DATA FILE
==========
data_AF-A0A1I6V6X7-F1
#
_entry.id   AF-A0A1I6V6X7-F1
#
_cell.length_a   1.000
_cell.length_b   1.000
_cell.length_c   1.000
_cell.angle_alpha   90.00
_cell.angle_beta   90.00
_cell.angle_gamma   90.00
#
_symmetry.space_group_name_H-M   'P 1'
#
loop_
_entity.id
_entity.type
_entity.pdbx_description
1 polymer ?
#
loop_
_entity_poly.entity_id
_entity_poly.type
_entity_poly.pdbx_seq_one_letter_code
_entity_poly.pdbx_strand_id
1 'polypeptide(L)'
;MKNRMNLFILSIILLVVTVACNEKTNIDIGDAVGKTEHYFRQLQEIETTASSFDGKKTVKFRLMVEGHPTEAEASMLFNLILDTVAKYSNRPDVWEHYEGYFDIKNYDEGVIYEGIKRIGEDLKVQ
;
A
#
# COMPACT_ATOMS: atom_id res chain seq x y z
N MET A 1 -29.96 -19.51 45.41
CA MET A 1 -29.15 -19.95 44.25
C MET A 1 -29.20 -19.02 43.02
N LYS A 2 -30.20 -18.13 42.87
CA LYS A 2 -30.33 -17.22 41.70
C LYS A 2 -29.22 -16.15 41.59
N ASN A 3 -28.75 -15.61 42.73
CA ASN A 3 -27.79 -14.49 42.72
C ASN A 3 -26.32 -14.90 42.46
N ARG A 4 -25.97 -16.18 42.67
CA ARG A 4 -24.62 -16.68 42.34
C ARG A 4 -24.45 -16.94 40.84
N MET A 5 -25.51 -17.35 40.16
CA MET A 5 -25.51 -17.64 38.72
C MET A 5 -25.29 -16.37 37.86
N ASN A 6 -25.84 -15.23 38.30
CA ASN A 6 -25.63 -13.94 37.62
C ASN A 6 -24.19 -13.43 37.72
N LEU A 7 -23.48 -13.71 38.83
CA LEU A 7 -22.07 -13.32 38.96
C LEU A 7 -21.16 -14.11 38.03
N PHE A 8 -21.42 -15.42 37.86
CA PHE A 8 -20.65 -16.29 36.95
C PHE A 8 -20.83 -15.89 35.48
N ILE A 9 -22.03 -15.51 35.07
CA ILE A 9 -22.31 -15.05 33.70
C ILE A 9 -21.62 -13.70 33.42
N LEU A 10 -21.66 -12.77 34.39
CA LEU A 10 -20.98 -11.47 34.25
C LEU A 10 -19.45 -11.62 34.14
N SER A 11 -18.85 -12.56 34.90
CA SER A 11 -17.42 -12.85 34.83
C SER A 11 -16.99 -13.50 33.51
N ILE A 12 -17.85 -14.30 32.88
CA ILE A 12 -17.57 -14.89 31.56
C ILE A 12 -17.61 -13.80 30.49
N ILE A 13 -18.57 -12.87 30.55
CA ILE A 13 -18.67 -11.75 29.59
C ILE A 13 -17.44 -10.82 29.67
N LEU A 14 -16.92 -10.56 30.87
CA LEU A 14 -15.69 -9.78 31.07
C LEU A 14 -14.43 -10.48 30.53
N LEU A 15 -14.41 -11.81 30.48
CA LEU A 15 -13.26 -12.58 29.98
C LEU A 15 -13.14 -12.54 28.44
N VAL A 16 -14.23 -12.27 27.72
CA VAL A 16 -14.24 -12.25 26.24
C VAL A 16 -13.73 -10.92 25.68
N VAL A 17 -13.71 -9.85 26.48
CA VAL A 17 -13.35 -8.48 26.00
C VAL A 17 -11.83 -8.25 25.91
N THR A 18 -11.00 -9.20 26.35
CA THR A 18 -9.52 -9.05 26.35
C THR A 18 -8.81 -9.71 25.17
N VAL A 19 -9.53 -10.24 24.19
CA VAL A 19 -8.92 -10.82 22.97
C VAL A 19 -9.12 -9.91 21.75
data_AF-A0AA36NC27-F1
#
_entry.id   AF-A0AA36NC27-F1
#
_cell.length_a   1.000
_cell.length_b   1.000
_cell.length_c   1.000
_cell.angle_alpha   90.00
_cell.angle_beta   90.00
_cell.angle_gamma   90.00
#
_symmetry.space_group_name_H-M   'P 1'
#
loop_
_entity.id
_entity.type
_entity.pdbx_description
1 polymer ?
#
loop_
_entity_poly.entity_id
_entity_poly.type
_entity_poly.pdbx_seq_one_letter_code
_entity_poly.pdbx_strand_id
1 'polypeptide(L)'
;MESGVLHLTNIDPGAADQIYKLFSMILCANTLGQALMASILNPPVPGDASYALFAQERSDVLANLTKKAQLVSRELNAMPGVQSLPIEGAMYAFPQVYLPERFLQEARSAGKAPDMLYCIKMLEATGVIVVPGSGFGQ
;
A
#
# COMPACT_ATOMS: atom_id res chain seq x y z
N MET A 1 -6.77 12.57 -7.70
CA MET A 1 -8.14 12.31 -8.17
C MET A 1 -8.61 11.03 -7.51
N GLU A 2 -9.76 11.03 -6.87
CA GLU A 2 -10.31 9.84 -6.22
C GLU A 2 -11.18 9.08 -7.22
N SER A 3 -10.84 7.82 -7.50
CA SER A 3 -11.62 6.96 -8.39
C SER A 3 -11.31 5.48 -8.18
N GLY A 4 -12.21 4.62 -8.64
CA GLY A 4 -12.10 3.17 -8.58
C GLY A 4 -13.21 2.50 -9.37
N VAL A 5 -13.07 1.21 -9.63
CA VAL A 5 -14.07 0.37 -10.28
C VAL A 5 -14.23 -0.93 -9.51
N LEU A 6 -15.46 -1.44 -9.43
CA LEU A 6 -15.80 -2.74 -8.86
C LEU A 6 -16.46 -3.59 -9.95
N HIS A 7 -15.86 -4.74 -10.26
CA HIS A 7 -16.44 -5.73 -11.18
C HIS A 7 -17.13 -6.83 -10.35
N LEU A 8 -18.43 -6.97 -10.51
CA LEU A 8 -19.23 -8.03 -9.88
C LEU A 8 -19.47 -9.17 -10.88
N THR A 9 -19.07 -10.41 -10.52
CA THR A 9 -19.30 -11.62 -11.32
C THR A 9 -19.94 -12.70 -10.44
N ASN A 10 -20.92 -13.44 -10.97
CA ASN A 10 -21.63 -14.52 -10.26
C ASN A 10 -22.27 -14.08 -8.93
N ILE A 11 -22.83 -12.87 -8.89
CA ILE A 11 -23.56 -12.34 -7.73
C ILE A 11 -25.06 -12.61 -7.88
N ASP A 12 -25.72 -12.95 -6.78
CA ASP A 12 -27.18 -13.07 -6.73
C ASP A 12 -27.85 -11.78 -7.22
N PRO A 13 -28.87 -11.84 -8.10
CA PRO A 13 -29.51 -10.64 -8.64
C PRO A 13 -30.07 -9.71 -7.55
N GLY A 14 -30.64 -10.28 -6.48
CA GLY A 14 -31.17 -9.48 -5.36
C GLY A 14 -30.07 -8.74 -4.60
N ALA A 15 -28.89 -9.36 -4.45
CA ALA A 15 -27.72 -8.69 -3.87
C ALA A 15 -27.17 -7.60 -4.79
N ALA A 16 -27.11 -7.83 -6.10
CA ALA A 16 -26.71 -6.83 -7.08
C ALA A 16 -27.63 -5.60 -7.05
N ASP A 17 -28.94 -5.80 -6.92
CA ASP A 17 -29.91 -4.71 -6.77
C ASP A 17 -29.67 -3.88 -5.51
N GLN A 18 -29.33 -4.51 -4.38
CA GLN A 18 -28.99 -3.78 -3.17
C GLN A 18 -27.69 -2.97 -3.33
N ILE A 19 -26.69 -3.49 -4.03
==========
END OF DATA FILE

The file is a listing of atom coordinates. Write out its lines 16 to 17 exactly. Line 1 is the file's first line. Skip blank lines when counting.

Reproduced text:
_entity.type
_entity.pdbx_description